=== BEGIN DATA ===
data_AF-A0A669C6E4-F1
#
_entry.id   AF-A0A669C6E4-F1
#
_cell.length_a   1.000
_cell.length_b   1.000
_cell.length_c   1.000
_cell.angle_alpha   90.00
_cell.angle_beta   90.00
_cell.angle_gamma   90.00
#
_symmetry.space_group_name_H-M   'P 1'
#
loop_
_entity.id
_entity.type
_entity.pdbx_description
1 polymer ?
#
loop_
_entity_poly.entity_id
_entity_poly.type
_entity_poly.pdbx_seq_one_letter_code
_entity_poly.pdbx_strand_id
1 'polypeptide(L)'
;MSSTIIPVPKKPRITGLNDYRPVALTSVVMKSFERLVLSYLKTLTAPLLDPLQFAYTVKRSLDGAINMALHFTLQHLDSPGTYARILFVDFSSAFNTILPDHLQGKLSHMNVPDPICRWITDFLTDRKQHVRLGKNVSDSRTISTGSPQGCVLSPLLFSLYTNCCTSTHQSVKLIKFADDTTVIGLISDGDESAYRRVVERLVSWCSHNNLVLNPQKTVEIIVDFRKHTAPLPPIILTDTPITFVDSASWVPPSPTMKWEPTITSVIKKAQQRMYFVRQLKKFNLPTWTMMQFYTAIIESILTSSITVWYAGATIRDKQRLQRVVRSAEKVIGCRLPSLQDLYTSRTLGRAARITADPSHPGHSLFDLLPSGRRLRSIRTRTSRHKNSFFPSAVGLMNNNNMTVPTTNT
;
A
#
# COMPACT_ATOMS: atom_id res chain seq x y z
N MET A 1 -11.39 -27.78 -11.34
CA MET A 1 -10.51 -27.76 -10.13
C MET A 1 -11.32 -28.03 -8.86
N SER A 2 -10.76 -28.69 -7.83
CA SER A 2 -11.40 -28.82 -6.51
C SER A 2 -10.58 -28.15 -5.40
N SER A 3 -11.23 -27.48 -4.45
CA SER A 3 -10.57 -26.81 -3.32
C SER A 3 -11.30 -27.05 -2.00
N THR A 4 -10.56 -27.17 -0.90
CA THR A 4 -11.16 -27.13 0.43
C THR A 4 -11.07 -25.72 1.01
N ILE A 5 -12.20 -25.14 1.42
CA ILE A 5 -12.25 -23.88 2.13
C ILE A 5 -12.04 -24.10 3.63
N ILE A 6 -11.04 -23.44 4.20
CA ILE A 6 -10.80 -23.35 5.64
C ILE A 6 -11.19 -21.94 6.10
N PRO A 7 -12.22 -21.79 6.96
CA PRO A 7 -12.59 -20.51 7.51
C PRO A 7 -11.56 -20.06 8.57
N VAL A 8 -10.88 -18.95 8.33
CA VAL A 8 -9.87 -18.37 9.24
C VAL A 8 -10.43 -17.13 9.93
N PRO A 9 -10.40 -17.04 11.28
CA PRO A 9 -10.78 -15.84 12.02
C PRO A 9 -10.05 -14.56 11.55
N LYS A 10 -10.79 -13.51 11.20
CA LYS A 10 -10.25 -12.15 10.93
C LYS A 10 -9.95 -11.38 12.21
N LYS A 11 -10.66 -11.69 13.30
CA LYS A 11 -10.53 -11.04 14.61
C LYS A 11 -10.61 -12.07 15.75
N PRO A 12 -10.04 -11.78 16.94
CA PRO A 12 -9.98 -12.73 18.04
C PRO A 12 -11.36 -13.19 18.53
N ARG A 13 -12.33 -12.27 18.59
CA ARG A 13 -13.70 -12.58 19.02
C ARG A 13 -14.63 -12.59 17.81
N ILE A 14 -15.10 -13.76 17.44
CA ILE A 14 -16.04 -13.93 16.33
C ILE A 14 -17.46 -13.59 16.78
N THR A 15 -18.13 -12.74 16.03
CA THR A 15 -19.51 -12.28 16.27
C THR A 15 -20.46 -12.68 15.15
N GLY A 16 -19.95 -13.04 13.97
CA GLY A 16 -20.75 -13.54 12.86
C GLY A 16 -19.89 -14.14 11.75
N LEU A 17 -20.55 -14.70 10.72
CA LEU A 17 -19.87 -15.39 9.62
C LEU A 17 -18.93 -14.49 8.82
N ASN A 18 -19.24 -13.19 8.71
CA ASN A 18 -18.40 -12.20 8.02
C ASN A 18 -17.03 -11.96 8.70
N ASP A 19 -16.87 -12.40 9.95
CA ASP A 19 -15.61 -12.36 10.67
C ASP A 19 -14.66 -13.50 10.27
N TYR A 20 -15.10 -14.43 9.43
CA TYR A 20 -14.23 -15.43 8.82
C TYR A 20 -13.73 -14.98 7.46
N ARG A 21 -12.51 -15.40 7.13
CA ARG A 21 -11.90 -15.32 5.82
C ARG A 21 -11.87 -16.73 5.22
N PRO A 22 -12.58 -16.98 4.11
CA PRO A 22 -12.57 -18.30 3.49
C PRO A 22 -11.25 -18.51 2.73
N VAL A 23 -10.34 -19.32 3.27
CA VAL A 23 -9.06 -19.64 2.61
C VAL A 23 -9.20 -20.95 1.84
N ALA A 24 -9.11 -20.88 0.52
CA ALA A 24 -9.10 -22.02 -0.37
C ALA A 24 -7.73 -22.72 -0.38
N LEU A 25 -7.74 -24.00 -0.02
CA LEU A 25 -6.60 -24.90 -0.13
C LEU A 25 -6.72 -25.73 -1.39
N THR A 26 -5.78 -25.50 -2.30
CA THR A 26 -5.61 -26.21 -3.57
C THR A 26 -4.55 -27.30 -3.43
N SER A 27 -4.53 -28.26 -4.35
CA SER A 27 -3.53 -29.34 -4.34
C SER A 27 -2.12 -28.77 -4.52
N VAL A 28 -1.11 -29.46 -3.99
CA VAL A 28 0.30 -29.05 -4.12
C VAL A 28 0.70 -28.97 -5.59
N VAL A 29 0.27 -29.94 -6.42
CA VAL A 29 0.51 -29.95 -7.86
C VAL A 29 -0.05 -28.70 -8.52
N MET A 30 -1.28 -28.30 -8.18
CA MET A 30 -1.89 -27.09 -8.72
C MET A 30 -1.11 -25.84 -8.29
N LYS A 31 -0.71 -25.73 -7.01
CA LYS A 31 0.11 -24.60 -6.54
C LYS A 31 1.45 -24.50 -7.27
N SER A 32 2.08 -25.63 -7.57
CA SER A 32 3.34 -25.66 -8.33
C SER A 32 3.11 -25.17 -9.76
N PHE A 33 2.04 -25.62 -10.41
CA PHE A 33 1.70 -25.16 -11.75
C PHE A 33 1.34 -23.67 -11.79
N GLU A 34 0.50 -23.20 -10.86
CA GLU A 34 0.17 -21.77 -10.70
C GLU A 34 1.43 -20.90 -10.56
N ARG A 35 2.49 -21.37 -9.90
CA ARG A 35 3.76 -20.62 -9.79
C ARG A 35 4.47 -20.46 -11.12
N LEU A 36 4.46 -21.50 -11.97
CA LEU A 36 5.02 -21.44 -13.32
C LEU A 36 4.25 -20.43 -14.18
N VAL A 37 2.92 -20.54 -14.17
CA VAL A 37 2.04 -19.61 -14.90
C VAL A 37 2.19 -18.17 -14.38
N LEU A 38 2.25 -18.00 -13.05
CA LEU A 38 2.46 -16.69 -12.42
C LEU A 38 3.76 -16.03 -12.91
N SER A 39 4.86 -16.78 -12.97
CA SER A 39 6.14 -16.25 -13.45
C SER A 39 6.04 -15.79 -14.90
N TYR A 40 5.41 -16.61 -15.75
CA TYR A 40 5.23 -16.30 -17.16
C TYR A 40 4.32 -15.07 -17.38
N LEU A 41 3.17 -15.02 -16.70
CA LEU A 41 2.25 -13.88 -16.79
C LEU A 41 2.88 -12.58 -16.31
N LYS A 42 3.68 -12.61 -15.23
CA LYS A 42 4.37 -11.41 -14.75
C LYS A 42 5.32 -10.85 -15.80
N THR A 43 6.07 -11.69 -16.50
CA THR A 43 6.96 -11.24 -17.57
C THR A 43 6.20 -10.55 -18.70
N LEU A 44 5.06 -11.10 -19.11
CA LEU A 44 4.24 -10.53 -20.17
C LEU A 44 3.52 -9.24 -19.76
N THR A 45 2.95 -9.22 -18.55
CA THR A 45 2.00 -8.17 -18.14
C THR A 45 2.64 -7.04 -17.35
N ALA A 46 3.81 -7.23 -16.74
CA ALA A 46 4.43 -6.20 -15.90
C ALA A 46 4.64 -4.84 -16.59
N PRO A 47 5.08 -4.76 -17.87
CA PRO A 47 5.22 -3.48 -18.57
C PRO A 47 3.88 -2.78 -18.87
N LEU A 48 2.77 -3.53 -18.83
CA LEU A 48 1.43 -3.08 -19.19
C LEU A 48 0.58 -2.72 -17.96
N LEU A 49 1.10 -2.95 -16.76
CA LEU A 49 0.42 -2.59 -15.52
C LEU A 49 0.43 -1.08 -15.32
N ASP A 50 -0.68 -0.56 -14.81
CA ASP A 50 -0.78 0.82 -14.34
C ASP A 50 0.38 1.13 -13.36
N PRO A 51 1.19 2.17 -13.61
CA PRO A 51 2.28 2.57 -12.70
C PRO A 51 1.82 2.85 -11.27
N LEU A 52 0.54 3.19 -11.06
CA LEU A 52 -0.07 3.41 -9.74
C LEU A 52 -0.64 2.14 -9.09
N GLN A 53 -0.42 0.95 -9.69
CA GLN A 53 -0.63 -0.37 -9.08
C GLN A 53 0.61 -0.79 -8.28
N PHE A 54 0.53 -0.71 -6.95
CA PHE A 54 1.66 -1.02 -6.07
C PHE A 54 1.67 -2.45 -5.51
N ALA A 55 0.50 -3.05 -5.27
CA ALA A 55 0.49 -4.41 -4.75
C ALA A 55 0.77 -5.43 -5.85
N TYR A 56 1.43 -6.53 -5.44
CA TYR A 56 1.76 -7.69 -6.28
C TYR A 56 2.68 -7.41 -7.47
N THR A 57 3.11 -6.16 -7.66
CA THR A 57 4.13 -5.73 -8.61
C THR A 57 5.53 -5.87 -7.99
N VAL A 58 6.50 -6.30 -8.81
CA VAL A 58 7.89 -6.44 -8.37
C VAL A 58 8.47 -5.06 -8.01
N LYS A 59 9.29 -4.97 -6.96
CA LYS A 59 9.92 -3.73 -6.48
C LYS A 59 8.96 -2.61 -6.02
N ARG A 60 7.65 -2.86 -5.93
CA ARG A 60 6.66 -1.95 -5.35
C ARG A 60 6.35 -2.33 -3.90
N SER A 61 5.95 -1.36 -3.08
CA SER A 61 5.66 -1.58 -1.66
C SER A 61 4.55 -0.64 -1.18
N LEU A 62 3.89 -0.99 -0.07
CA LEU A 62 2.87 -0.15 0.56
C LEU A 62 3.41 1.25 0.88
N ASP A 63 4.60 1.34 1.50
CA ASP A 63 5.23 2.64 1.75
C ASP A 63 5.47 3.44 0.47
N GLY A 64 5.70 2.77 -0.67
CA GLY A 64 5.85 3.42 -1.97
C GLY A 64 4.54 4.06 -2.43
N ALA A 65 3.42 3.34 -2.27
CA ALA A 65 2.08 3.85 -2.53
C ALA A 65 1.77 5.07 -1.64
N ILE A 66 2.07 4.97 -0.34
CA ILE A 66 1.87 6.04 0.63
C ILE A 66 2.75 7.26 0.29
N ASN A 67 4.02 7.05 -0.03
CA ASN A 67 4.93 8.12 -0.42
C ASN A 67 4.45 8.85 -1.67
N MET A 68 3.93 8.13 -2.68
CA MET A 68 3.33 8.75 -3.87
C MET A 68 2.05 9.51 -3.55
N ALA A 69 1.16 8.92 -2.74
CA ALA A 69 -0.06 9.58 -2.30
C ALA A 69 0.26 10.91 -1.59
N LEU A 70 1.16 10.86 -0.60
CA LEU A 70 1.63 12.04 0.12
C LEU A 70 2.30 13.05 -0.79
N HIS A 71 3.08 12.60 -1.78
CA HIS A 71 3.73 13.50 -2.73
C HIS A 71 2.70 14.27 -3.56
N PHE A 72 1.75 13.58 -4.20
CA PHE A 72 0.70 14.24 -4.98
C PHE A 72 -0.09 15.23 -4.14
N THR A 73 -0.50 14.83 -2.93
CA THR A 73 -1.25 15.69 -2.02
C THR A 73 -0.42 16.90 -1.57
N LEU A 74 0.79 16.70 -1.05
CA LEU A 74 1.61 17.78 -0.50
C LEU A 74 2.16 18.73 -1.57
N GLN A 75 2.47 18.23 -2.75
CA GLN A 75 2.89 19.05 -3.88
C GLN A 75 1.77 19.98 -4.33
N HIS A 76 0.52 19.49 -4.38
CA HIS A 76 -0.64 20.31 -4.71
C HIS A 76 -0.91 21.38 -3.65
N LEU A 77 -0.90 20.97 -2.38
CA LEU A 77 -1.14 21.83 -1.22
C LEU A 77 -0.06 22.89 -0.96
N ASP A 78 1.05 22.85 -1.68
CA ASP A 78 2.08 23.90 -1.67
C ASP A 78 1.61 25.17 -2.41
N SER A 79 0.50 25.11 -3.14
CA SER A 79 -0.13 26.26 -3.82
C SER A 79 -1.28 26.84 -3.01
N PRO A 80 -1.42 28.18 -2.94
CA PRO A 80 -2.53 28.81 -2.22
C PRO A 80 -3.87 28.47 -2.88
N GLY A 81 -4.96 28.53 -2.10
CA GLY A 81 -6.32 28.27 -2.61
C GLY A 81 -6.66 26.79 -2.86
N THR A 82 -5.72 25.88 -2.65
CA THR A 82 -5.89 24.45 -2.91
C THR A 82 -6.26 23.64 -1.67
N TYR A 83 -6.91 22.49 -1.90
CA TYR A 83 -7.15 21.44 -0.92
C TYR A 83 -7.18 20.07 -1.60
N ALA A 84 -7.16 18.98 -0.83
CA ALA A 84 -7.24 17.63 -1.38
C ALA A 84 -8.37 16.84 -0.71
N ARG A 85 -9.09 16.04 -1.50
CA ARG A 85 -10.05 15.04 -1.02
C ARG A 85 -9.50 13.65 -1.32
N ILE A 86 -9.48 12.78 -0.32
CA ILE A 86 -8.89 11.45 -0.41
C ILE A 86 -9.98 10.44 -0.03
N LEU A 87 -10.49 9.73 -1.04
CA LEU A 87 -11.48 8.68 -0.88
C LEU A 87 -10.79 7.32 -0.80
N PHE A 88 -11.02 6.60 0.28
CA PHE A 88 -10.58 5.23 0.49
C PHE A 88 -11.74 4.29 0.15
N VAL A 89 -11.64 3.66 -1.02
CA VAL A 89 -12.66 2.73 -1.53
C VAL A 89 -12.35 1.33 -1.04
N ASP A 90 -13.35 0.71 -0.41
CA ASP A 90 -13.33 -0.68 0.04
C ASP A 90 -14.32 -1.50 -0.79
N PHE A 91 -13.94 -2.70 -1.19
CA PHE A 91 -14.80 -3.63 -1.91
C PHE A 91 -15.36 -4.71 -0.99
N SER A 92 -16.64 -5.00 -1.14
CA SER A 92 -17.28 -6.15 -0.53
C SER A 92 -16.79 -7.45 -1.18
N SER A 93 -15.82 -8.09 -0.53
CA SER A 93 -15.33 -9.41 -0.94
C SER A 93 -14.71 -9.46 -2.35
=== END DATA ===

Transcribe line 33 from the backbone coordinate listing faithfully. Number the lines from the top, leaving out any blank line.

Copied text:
C MET A 1 -11.32 -28.03 -8.86